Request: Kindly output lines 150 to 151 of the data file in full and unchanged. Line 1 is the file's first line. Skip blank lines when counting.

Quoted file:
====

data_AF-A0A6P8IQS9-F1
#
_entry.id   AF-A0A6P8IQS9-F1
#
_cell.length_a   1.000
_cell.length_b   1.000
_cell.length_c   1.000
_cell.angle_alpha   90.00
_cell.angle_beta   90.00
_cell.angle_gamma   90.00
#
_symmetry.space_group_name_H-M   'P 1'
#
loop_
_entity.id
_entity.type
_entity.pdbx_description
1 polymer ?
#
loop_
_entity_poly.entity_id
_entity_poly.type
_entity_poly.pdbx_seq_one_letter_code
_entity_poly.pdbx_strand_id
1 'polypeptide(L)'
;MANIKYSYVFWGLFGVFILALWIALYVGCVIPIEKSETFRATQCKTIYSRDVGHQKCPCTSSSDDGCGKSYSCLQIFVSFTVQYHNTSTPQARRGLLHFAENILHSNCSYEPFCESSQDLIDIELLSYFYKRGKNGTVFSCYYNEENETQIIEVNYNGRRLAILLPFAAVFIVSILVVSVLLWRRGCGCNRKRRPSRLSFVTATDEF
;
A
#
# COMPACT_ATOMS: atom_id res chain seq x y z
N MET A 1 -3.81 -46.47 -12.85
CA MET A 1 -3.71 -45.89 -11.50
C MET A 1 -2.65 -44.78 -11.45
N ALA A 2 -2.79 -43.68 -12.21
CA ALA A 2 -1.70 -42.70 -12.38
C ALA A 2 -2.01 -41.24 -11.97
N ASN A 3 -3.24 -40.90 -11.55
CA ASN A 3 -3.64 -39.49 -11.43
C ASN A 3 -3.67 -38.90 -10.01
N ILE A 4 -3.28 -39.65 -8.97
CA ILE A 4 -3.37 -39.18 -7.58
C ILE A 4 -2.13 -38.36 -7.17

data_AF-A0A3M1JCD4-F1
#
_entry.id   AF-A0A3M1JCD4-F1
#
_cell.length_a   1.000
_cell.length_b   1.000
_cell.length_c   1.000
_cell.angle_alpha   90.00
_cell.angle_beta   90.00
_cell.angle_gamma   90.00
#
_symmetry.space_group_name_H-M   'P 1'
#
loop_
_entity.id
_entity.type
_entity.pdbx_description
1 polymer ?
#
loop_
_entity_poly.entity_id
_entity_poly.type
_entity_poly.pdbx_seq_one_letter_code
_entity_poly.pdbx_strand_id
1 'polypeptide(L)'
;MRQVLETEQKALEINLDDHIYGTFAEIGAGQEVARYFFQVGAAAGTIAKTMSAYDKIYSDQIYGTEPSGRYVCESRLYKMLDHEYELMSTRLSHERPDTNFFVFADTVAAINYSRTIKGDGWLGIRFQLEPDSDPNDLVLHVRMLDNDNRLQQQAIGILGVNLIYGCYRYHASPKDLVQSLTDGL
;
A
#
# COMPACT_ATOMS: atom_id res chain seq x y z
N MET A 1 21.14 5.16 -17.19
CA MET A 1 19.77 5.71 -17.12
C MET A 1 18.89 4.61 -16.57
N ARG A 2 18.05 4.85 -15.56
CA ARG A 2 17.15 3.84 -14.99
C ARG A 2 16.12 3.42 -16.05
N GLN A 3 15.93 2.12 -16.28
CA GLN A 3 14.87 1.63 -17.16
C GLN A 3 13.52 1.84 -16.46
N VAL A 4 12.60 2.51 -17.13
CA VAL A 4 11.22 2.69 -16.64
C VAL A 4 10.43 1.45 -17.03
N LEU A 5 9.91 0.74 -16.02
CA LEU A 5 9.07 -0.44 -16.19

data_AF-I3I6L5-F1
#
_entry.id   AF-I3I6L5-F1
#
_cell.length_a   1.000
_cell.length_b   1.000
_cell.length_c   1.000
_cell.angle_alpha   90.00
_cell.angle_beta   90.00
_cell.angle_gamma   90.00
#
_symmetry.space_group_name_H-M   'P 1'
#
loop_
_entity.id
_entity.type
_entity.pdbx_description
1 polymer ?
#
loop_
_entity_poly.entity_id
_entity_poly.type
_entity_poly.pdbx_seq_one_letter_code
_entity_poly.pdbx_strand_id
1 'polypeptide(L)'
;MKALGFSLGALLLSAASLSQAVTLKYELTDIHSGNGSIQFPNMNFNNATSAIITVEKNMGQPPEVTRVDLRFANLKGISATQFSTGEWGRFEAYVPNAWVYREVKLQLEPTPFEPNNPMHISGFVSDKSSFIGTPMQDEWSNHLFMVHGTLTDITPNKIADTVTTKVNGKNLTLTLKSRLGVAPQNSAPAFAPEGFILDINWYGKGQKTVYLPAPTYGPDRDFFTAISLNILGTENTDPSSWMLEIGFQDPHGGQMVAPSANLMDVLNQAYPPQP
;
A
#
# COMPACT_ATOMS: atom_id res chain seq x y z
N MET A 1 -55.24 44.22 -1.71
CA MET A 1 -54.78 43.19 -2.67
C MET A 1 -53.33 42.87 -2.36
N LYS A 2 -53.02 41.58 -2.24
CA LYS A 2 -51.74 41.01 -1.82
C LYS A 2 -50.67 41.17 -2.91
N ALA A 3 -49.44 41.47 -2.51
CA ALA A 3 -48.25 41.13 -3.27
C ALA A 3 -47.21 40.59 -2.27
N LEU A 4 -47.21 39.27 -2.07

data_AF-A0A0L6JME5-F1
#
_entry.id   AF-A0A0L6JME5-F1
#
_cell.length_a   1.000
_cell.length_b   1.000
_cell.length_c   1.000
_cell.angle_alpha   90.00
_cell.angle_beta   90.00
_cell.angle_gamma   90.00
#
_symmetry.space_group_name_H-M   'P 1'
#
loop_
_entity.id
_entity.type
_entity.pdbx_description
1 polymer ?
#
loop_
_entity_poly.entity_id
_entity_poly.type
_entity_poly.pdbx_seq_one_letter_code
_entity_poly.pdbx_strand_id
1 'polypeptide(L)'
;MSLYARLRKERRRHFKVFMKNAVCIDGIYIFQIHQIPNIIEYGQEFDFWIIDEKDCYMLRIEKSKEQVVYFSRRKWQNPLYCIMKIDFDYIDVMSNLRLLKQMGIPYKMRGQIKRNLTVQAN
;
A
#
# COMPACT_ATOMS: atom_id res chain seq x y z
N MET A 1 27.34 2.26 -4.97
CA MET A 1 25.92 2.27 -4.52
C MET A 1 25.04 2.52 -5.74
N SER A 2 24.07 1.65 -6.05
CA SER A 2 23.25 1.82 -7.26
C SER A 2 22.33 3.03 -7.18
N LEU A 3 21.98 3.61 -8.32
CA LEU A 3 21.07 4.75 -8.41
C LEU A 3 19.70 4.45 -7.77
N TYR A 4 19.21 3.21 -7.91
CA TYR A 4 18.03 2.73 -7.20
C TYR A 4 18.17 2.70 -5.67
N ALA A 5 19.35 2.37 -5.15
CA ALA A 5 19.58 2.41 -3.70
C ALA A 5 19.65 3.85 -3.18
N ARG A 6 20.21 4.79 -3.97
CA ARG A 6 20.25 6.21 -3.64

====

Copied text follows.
_entity_poly.pdbx_strand_id
1 'polypeptide(L)'